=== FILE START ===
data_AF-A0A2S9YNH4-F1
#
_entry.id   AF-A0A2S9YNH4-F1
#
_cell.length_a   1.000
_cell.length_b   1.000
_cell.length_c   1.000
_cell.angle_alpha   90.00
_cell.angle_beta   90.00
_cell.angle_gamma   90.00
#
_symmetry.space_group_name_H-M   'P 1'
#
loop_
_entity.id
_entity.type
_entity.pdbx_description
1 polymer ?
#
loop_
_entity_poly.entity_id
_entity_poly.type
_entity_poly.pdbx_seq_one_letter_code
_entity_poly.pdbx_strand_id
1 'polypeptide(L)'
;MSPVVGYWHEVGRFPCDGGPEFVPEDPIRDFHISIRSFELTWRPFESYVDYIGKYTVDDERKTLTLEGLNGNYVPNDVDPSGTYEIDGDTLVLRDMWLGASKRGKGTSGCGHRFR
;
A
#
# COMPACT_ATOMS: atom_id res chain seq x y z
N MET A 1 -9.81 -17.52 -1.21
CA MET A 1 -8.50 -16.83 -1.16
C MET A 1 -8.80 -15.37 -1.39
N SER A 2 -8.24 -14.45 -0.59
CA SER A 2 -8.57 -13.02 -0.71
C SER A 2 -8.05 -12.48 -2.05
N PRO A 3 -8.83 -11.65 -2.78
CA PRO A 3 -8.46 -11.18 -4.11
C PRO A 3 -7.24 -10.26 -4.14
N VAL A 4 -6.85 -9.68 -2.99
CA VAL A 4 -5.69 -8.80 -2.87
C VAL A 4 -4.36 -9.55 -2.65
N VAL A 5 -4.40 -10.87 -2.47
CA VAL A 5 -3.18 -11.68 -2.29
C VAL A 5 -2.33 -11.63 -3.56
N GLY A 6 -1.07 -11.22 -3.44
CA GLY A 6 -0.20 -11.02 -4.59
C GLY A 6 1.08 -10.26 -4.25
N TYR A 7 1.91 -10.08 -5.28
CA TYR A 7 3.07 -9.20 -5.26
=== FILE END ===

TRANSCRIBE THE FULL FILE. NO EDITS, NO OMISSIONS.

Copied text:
data_AF-A0A2S9YNH4-F1
#
_entry.id   AF-A0A2S9YNH4-F1
#
_cell.length_a   1.000
_cell.length_b   1.000
_cell.length_c   1.000
_cell.angle_alpha   90.00
_cell.angle_beta   90.00
_cell.angle_gamma   90.00
#
_symmetry.space_group_name_H-M   'P 1'
#
loop_
_entity.id
_entity.type
_entity.pdbx_description
1 polymer ?
#
loop_
_entity_poly.entity_id
_entity_poly.type
_entity_poly.pdbx_seq_one_letter_code
_entity_poly.pdbx_strand_id
1 'polypeptide(L)'
;MSPVVGYWHEVGRFPCDGGPEFVPEDPIRDFHISIRSFELTWRPFESYVDYIGKYTVDDERKTLTLEGLNGNYVPNDVDPSGTYEIDGDTLVLRDMWLGASKRGKGTSGCGHRFR
;
A
#
# COMPACT_ATOMS: atom_id res chain seq x y z
N MET A 1 -9.81 -17.52 -1.21
CA MET A 1 -8.50 -16.83 -1.16
C MET A 1 -8.80 -15.37 -1.39
N SER A 2 -8.24 -14.45 -0.59
CA SER A 2 -8.57 -13.02 -0.71
C SER A 2 -8.05 -12.48 -2.05
N PRO A 3 -8.83 -11.65 -2.78
CA PRO A 3 -8.46 -11.18 -4.11
C PRO A 3 -7.24 -10.26 -4.14
N VAL A 4 -6.85 -9.68 -2.99
CA VAL A 4 -5.69 -8.80 -2.87
C VAL A 4 -4.36 -9.55 -2.65
N VAL A 5 -4.40 -10.87 -2.47
CA VAL A 5 -3.18 -11.68 -2.29
C VAL A 5 -2.33 -11.63 -3.56
N GLY A 6 -1.07 -11.22 -3.44
CA GLY A 6 -0.20 -11.02 -4.59
C GLY A 6 1.08 -10.26 -4.25
N TYR A 7 1.91 -10.08 -5.28
CA TYR A 7 3.07 -9.20 -5.26